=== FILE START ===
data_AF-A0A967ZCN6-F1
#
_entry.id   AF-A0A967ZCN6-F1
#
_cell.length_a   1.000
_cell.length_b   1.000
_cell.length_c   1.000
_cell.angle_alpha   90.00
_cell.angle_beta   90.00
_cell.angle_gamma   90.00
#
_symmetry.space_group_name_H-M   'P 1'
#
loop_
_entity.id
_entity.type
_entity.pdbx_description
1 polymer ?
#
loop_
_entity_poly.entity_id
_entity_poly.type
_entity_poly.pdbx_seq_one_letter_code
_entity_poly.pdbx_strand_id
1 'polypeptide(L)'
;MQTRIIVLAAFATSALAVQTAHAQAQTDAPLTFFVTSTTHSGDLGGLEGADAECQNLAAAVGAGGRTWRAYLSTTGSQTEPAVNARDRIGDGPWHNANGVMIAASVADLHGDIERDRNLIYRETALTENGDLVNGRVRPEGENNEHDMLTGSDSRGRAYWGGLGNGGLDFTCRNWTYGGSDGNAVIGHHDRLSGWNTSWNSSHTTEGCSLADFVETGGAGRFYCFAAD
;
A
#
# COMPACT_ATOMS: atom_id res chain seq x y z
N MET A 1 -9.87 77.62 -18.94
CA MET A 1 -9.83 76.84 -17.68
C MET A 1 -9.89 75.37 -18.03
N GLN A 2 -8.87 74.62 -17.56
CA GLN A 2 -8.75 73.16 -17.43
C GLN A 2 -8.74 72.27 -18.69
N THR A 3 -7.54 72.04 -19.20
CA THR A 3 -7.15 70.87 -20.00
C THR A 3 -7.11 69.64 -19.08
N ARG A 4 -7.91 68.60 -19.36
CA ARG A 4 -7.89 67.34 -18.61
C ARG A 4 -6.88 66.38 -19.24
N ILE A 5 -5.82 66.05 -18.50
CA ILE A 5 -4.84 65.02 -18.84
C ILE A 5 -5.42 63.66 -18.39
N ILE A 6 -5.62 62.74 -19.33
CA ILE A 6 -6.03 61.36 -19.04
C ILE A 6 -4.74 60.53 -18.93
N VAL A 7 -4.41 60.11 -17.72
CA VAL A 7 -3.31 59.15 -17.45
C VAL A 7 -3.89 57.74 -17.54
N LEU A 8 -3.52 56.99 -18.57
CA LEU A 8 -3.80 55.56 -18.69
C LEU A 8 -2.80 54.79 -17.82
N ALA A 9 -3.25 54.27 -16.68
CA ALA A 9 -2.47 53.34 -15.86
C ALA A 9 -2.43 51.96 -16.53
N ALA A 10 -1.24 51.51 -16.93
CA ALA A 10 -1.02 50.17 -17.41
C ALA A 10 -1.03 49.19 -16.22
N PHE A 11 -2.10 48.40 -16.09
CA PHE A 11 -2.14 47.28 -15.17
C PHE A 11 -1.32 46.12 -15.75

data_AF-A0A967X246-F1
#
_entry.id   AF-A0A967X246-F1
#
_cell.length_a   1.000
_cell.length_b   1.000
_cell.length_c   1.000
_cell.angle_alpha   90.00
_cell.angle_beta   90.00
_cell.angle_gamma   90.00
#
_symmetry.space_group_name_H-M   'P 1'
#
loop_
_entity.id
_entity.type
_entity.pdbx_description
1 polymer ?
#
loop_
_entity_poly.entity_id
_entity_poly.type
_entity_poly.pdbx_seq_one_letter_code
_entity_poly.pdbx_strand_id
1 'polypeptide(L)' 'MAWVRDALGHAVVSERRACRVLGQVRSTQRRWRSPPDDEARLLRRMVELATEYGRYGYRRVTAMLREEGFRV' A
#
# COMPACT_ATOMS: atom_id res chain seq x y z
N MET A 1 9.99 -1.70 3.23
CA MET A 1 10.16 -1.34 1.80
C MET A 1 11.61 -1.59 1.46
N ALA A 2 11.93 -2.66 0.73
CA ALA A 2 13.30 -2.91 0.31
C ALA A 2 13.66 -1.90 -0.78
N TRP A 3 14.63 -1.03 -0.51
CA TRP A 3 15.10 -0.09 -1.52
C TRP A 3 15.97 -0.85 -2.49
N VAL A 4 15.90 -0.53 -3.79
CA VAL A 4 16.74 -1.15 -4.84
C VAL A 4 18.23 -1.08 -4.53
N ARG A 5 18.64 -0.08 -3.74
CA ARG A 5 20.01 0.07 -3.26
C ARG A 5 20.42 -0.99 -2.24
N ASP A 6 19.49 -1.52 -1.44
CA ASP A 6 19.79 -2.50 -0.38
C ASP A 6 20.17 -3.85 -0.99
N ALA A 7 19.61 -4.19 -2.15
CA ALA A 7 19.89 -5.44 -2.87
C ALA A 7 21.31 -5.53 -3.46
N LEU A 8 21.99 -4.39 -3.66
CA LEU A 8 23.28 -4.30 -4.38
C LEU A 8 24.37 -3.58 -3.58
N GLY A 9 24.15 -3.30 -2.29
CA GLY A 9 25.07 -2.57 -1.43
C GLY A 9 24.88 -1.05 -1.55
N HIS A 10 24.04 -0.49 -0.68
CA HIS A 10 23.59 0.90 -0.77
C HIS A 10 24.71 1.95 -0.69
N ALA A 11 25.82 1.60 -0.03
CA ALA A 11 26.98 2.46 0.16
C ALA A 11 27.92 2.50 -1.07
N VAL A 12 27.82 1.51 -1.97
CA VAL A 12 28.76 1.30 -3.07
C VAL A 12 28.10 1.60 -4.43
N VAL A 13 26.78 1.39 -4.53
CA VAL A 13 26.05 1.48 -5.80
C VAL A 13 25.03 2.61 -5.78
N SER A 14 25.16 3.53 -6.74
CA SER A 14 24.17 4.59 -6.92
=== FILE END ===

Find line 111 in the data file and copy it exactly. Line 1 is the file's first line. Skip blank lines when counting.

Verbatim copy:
C ALA A 7 21.31 -5.53 -3.46